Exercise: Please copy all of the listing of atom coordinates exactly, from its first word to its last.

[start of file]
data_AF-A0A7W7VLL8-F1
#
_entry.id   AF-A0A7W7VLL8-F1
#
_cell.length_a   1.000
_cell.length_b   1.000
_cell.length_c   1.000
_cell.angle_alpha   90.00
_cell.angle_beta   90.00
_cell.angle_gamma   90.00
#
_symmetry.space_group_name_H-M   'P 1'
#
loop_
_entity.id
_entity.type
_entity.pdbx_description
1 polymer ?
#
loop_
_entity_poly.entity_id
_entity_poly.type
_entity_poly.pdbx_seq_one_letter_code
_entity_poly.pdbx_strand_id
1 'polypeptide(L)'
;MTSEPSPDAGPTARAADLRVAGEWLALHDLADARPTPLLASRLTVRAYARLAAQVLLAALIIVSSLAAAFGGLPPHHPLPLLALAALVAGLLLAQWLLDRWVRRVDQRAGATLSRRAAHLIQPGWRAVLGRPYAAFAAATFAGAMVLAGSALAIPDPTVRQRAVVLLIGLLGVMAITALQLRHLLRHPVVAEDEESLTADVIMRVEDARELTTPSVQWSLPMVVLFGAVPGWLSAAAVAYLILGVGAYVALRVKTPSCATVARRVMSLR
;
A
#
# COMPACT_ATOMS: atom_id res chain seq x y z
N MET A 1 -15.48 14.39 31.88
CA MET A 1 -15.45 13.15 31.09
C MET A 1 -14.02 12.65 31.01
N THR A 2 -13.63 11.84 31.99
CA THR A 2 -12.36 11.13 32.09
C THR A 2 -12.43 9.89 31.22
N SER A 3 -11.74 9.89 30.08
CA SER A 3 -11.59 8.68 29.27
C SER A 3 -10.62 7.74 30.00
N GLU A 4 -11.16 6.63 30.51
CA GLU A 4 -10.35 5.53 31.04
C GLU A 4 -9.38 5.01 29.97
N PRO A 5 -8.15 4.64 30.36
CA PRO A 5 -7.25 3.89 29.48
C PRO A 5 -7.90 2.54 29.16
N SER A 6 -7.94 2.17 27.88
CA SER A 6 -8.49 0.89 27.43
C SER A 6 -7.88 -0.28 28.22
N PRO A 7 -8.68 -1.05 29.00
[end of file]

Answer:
data_AF-A0A7W7VLL8-F1
#
_entry.id   AF-A0A7W7VLL8-F1
#
_cell.length_a   1.000
_cell.length_b   1.000
_cell.length_c   1.000
_cell.angle_alpha   90.00
_cell.angle_beta   90.00
_cell.angle_gamma   90.00
#
_symmetry.space_group_name_H-M   'P 1'
#
loop_
_entity.id
_entity.type
_entity.pdbx_description
1 polymer ?
#
loop_
_entity_poly.entity_id
_entity_poly.type
_entity_poly.pdbx_seq_one_letter_code
_entity_poly.pdbx_strand_id
1 'polypeptide(L)'
;MTSEPSPDAGPTARAADLRVAGEWLALHDLADARPTPLLASRLTVRAYARLAAQVLLAALIIVSSLAAAFGGLPPHHPLPLLALAALVAGLLLAQWLLDRWVRRVDQRAGATLSRRAAHLIQPGWRAVLGRPYAAFAAATFAGAMVLAGSALAIPDPTVRQRAVVLLIGLLGVMAITALQLRHLLRHPVVAEDEESLTADVIMRVEDARELTTPSVQWSLPMVVLFGAVPGWLSAAAVAYLILGVGAYVALRVKTPSCATVARRVMSLR
;
A
#
# COMPACT_ATOMS: atom_id res chain seq x y z
N MET A 1 -15.48 14.39 31.88
CA MET A 1 -15.45 13.15 31.09
C MET A 1 -14.02 12.65 31.01
N THR A 2 -13.63 11.84 31.99
CA THR A 2 -12.36 11.13 32.09
C THR A 2 -12.43 9.89 31.22
N SER A 3 -11.74 9.89 30.08
CA SER A 3 -11.59 8.68 29.27
C SER A 3 -10.62 7.74 30.00
N GLU A 4 -11.16 6.63 30.51
CA GLU A 4 -10.35 5.53 31.04
C GLU A 4 -9.38 5.01 29.97
N PRO A 5 -8.15 4.64 30.36
CA PRO A 5 -7.25 3.89 29.48
C PRO A 5 -7.90 2.54 29.16
N SER A 6 -7.94 2.17 27.88
CA SER A 6 -8.49 0.89 27.43
C SER A 6 -7.88 -0.28 28.22
N PRO A 7 -8.68 -1.05 29.00